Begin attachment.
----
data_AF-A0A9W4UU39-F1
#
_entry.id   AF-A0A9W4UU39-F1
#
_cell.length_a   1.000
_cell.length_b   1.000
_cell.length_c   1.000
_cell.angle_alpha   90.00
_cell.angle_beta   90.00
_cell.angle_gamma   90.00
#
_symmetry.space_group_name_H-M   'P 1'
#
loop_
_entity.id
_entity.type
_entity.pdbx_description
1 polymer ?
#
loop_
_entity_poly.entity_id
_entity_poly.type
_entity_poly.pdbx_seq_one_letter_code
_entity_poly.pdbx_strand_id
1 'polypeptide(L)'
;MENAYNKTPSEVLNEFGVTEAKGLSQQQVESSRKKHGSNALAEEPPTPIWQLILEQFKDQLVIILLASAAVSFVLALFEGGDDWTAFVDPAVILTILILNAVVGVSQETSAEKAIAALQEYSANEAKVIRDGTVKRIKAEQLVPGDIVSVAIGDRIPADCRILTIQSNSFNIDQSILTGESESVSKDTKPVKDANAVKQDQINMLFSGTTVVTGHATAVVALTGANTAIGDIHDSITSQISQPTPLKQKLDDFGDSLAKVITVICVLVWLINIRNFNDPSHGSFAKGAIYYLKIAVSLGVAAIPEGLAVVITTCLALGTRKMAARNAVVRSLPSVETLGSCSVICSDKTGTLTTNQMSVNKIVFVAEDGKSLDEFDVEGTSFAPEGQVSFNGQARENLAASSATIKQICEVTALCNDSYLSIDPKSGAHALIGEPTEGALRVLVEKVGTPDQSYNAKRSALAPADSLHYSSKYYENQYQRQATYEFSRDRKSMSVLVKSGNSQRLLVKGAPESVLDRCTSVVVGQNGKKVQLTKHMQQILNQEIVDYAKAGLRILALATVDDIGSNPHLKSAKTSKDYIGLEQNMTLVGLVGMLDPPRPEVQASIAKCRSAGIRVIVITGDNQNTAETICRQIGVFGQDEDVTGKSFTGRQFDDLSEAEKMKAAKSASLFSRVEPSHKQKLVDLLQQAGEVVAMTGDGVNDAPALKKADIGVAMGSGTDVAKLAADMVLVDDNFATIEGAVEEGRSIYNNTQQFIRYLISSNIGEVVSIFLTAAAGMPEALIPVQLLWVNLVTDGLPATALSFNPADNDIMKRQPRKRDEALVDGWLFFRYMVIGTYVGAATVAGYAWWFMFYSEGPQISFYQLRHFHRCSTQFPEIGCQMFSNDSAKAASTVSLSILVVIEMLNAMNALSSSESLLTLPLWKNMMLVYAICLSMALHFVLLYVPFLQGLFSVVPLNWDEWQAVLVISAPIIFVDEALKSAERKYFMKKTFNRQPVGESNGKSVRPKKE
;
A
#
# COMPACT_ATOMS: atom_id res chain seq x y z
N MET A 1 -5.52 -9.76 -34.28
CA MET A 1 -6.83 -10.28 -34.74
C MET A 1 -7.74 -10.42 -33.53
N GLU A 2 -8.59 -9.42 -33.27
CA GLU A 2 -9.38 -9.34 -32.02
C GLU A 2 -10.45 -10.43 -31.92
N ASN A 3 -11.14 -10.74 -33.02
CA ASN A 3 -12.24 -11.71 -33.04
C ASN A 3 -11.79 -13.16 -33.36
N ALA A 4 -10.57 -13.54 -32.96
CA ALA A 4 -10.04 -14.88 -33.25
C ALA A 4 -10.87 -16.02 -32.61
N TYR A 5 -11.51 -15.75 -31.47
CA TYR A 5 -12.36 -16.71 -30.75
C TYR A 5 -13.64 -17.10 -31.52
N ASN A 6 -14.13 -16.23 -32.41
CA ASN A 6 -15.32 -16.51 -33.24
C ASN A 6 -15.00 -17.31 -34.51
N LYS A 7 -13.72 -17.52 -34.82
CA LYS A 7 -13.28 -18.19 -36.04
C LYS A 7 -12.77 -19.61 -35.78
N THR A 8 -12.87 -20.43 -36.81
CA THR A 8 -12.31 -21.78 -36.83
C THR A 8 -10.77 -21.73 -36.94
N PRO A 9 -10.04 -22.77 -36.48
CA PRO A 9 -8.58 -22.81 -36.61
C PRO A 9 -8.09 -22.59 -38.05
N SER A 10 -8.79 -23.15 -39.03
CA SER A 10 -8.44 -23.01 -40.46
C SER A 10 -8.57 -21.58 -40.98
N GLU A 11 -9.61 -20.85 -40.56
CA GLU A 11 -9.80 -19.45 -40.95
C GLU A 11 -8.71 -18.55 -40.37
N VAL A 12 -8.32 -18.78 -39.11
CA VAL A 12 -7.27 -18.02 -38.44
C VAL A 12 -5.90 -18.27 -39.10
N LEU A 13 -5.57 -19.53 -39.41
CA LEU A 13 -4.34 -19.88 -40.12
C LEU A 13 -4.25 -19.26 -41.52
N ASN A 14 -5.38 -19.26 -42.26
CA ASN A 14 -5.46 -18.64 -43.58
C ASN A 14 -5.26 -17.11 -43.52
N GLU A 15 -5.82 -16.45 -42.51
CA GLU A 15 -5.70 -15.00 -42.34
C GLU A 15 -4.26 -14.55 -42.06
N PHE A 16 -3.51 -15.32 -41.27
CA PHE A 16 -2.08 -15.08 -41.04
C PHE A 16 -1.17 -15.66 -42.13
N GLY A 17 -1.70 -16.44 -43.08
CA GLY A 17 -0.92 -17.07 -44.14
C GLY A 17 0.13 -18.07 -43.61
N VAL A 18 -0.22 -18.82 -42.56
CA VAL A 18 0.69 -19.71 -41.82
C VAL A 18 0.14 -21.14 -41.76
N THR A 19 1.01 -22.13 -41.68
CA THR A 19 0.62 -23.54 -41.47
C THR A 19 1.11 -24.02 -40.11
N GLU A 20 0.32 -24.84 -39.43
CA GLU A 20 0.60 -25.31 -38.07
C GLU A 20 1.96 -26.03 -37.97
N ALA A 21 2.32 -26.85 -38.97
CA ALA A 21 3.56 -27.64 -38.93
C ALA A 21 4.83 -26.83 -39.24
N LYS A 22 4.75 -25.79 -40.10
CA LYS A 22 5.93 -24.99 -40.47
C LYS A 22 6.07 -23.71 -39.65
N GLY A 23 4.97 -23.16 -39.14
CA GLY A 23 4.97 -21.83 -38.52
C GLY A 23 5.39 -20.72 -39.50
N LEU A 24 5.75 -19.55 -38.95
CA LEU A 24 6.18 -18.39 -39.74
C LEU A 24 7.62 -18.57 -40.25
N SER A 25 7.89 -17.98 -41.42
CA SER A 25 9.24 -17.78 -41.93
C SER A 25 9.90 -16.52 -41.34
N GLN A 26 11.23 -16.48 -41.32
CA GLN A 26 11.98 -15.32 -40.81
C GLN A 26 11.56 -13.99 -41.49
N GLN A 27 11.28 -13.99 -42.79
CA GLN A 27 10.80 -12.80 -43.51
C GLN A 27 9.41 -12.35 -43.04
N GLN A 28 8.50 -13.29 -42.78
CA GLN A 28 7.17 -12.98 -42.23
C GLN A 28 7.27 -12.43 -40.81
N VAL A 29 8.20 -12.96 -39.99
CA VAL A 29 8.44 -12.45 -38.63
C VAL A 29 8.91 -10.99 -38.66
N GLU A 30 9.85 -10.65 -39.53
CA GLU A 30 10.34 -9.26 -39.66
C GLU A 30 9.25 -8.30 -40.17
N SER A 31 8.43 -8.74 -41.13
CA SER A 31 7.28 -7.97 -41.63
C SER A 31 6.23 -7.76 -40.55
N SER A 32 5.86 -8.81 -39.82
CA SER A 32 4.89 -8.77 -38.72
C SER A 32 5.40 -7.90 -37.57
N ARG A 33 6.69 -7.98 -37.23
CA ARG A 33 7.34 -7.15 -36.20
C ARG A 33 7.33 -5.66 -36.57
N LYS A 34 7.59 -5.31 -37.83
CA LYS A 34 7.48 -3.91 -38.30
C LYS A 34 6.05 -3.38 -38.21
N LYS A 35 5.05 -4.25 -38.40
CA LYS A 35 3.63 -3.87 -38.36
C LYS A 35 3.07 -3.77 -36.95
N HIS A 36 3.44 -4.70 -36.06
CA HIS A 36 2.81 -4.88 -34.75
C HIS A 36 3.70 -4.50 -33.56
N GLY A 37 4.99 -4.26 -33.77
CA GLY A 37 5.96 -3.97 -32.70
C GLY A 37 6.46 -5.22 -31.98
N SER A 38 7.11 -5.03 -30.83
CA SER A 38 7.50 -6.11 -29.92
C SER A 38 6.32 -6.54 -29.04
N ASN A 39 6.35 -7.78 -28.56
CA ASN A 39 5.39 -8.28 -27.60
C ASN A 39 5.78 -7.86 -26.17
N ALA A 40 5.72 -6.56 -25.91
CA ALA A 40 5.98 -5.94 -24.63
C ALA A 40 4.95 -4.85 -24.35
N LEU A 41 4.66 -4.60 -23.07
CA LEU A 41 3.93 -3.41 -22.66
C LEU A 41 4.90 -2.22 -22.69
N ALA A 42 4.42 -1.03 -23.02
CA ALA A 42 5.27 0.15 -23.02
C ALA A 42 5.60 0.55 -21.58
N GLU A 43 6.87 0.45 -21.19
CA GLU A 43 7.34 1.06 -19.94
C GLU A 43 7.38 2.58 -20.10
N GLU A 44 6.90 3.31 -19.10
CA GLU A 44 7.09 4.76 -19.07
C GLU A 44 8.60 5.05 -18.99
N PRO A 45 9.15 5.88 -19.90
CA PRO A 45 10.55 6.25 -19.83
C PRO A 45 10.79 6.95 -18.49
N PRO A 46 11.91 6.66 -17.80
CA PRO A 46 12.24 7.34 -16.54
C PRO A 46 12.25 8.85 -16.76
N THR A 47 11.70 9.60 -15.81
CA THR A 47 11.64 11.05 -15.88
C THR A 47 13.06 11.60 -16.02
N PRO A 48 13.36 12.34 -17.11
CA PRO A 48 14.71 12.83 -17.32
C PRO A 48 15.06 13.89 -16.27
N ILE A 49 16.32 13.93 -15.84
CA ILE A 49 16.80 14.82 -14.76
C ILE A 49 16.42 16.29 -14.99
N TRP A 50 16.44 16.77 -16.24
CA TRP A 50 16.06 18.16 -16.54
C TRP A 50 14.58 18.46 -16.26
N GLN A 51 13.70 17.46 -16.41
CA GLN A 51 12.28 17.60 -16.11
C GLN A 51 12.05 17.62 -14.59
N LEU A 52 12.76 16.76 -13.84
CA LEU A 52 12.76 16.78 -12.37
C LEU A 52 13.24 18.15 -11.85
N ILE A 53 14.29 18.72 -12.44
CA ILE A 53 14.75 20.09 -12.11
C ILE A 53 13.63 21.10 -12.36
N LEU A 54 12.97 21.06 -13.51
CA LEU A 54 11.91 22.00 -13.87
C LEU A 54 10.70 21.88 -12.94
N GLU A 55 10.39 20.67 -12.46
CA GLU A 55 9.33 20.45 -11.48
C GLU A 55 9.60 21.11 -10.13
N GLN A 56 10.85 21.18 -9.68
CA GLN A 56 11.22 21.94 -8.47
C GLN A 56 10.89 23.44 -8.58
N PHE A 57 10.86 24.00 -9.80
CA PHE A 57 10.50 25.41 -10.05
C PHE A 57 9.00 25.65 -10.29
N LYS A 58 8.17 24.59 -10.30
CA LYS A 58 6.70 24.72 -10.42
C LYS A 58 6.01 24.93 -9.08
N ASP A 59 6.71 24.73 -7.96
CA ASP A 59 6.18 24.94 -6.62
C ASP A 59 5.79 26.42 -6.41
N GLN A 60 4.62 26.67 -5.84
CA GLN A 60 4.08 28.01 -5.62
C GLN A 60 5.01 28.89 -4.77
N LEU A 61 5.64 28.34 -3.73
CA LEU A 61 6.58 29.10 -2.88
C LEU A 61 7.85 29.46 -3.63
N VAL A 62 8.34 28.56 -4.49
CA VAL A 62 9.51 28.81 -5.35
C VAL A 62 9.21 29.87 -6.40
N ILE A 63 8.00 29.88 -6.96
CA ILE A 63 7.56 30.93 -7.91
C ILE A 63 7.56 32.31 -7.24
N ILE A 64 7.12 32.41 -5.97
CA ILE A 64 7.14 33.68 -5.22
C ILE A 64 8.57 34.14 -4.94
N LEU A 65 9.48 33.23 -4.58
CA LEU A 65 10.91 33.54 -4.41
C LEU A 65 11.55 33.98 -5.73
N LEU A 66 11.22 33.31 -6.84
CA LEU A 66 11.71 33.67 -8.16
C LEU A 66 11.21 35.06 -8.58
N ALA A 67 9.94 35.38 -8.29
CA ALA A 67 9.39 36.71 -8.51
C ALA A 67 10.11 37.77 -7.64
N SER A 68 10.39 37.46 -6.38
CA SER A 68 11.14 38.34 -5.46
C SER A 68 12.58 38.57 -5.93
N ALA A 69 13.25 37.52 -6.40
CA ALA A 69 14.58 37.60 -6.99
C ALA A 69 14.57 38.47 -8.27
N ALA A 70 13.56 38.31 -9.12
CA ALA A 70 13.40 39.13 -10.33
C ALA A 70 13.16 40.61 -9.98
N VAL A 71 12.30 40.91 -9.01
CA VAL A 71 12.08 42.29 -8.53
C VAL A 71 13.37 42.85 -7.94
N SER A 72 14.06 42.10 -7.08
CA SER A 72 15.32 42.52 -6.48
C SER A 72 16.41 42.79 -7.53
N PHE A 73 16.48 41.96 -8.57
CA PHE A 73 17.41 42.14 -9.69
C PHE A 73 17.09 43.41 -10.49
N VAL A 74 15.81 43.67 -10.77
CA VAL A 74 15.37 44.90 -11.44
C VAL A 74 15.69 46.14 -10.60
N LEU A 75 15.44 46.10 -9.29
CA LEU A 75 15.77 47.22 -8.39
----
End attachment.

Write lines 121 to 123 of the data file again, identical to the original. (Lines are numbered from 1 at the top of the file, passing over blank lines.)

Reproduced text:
N SER A 31 8.43 -8.74 -41.13
CA SER A 31 7.28 -7.97 -41.63
C SER A 31 6.23 -7.76 -40.55